The author also holds an adjunct associate professor position with the Department of Management at Griffith University in Queensland, Australia.
Employer-Sponsored Training and Longer-Tenured Workers: Evidence from Australia
Version of Record online: 16 SEP 2012
© 2012 Regents of the University of California
Industrial Relations: A Journal of Economy and Society
Volume 51, Issue 4, pages 966–986, October 2012
How to Cite
Waddoups, C. J. (2012), Employer-Sponsored Training and Longer-Tenured Workers: Evidence from Australia. Industrial Relations: A Journal of Economy and Society, 51: 966–986. doi: 10.1111/j.1468-232X.2012.00704.x
- Issue online: 16 SEP 2012
- Version of Record online: 16 SEP 2012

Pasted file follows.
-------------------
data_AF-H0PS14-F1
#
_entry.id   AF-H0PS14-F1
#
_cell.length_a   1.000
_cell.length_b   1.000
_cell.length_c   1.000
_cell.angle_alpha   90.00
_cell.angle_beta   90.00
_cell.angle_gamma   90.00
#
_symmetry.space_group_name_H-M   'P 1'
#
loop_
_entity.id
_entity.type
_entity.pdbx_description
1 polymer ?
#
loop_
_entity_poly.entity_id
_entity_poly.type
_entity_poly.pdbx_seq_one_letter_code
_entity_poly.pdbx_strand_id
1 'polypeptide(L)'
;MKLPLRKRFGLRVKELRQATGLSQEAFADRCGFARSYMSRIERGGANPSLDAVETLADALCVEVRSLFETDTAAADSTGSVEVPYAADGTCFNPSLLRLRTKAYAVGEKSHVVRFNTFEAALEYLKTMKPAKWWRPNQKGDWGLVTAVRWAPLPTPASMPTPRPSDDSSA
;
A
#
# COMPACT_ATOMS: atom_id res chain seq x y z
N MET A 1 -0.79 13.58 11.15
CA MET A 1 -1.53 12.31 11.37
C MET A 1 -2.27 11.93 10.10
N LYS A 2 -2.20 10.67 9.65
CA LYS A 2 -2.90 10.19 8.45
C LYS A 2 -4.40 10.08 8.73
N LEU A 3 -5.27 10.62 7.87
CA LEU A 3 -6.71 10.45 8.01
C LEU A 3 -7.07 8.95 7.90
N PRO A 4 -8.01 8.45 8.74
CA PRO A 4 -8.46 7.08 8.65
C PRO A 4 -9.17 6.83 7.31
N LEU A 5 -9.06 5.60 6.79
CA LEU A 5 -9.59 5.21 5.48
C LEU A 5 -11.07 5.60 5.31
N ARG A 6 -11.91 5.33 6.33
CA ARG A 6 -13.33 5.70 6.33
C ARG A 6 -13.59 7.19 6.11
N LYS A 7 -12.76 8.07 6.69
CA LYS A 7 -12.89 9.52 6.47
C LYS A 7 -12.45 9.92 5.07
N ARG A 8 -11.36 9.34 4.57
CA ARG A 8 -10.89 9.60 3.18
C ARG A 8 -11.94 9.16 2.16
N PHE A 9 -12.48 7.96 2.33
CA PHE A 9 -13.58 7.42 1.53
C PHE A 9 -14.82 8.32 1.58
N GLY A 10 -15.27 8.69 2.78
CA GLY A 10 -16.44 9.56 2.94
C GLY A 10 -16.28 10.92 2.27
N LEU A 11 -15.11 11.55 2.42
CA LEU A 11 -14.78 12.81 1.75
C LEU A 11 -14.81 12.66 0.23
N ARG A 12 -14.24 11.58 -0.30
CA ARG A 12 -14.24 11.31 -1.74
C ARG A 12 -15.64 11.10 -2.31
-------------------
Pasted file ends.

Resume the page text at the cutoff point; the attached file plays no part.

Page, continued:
I estimate the incidence and intensity of training with particular emphasis on where along the tenure-training profile formal training occurs. Using data from the Survey of Education and Training gathered by the Australian Bureau of Statistics, I find a different relationship between training and tenure than what is suggested by human capital models. Instead of training being concentrated towards the beginning of the employment relationship, it tends to be evenly distributed along the tenure profile. Such findings are more consistent with theories of wage compression and strategic complementarity than traditional human capital approaches.